As the democratization of beauty industry continues, the power dynamic and relationship between brands and consumers is shifting. No one would have guessed that an endorsement from a reviewer on YouTube influencer could make or break a product launch. But has influencer PR gone too far?
In today’s Beau-Tea Talk, we’ll be discussing the emerging trend where consumers are buying PR packages.
What is a PR list?
A Public Relations (PR) List is a list compiled by brands that consist of bloggers, influencers, and celebrities who are good at generating buzz about new releases. Extensive research and targeting are done in order to assess whether an influencer is a good fit for a brand. Audience size (reach), engagement rate, audience demographics, influencer niche (ex. beauty, lifestyle, mommy blogger) are considered.
Brands are not required to send out all new release to anyone on their PR list. Similarly, an influencer is not obligated to mention a product they received on their social channels, unless there are contracts in place.
Swedish YouTuber, Angelica Nyqvist, receives sporadic PR from ColourPop but is never required to mention the products she receives. In contrast, networks such as Octily and Influenster require smaller creators to talk about the products they receive via PR.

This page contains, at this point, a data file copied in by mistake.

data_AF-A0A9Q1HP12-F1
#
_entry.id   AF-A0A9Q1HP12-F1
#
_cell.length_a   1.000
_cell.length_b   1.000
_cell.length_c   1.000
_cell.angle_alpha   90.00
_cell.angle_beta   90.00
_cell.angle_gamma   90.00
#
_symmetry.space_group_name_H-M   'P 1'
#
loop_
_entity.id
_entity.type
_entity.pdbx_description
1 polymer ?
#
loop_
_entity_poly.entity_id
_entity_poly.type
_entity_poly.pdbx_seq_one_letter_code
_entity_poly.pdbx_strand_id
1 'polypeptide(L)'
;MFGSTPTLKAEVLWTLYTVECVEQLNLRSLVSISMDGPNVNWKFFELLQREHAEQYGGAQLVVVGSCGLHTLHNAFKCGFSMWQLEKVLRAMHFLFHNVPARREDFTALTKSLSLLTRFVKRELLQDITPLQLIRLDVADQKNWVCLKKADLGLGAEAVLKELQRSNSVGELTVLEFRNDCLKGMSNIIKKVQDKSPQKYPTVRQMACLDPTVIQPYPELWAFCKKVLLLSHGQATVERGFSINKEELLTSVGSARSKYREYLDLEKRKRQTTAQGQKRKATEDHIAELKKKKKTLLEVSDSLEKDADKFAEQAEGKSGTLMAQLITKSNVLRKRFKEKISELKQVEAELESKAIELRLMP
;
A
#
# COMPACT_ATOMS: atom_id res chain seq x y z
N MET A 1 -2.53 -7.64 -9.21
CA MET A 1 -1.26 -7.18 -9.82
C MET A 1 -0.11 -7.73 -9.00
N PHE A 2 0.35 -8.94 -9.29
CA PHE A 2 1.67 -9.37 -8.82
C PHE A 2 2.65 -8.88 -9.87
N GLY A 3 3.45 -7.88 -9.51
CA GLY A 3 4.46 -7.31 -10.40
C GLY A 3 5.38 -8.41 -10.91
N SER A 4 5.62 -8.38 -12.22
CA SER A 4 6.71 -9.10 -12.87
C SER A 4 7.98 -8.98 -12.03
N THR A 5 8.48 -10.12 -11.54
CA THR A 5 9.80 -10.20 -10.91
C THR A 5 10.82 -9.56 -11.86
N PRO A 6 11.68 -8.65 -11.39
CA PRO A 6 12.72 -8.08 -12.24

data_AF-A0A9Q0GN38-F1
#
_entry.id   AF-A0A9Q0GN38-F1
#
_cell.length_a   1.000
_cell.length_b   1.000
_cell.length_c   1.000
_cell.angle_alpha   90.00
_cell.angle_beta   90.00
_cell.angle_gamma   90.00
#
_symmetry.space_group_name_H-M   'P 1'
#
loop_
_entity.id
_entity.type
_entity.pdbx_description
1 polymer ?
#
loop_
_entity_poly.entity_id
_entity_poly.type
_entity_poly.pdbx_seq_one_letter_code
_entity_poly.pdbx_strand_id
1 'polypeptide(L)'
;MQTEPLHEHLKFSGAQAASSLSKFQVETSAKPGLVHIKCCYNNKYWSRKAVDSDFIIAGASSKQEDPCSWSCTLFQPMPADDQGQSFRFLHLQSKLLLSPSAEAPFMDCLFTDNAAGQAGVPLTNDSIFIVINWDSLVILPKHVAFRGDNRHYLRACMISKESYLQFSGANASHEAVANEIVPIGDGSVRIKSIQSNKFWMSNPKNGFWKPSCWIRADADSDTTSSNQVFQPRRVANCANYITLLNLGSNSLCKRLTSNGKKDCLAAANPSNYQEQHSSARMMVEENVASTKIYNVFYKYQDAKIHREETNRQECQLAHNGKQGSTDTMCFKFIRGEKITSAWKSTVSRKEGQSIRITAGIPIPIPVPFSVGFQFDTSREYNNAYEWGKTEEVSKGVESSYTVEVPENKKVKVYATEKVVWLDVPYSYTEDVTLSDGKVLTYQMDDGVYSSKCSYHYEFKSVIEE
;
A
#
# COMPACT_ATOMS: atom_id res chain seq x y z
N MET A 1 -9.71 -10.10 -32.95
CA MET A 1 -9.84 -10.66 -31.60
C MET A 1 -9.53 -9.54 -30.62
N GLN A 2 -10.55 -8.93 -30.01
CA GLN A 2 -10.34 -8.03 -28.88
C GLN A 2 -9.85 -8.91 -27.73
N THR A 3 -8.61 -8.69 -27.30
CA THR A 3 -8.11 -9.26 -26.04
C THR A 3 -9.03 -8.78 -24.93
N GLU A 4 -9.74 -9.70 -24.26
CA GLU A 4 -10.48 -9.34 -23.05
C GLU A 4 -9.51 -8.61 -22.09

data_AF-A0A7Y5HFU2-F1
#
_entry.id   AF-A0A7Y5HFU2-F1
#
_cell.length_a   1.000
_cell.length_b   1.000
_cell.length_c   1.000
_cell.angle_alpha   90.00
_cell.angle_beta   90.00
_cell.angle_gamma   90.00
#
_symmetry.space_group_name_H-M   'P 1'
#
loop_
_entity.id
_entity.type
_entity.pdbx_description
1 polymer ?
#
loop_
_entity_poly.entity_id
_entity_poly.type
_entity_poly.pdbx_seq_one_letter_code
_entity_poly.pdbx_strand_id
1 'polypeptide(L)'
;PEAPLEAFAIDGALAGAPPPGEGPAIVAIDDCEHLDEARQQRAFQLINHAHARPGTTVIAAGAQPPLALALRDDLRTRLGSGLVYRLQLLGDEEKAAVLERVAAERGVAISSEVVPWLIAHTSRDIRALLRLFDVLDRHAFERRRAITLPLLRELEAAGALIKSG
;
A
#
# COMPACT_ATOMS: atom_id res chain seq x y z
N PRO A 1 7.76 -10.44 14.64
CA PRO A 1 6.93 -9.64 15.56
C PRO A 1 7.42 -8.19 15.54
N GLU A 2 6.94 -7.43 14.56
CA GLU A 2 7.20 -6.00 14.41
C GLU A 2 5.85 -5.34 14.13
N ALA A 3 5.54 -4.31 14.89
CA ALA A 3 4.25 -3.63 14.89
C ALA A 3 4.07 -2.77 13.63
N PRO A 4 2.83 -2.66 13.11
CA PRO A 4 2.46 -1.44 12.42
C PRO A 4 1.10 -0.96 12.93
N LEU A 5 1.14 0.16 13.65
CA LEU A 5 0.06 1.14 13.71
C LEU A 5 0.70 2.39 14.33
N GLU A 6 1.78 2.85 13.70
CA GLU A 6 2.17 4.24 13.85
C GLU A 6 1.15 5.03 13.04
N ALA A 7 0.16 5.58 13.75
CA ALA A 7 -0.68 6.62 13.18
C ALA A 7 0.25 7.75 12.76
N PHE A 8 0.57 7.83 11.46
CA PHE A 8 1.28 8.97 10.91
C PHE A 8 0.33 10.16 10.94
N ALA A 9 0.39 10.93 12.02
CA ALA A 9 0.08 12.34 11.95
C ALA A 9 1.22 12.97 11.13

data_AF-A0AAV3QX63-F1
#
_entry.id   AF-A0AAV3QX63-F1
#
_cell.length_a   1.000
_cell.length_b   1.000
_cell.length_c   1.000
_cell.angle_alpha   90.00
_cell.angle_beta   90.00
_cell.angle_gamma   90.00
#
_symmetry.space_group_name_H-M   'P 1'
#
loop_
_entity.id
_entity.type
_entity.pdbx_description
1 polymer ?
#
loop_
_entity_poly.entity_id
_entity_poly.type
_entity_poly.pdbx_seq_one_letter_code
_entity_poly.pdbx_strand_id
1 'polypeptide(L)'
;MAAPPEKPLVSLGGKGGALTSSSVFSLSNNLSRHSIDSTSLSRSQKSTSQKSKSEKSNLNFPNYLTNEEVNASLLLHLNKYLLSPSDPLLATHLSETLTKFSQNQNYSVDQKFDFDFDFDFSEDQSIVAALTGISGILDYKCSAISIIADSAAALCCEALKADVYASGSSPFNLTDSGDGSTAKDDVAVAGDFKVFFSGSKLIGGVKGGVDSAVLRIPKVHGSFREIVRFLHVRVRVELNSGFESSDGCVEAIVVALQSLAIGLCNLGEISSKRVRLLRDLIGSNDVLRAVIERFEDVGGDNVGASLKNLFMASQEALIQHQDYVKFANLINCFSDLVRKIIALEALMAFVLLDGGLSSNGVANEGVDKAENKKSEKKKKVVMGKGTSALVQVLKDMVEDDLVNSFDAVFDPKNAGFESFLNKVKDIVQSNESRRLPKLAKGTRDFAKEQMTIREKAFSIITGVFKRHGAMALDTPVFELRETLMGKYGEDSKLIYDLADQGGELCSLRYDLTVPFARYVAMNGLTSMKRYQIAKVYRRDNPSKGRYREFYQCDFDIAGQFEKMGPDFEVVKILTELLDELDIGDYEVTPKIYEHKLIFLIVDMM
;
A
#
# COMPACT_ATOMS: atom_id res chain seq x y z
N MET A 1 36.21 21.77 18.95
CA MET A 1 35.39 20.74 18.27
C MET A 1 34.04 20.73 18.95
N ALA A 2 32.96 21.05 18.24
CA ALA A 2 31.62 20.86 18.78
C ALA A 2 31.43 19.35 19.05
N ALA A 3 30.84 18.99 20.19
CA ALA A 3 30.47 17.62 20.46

Some brands will put out open casting calls to join their PR list (*cough, cough Anastasia Beverly Hills*). Many brands do not use PR Searches to curate their PR lists.
How to get PR?
The most obvious way to receive PR is to be placed on a PR list by a brand. This often requires little effort on the creator side. The brand will reach out to the creator. However, some brands allow influencers to apply to PR lists or to join their ambassador networks.
The second way to receive PR is to join an influencer network. These networks act as middlemen, connecting creators to brands for long-term partnerships and one-off campaigns or product promotions.
Creators working with an influencer network are likely to be paid for their promotional or sponsored posts. However, the creator needs to put in more effort to apply to campaigns or opportunities.
Note: a promotional or sponsored post is different from PR. There is typically an exchange of money or material goods beyond just free product in exchange for a sponsored post.
The last way to receive PR is to pay for it. Yes – you read that correctly. The latest trend in the beauty world is buying PR packages.
PR Kits for Sale?
In 2018, many mainstream brands (ex. ColourPop and Anastasia Beverly Hills) began to release limited edition PR kits for sale on their websites. These limited edition kits contain all the items within a new collection. Also, decorative touches such as flowers, neon signs, and accessories are included.
Within the kits all of the items are beautifully placed in special, elaborate PR packaging. However, these PR packages are often sold at a higher price tag than traditional collection bundles.
Pros for Consumers Buying PR Packages?
Before immediately trashing the idea of brands selling PR Kits, here are some of the main reasons why consumers may enjoying buying a PR Kit:
- Regular consumers can treat themselves (or their loved one) with a unique gift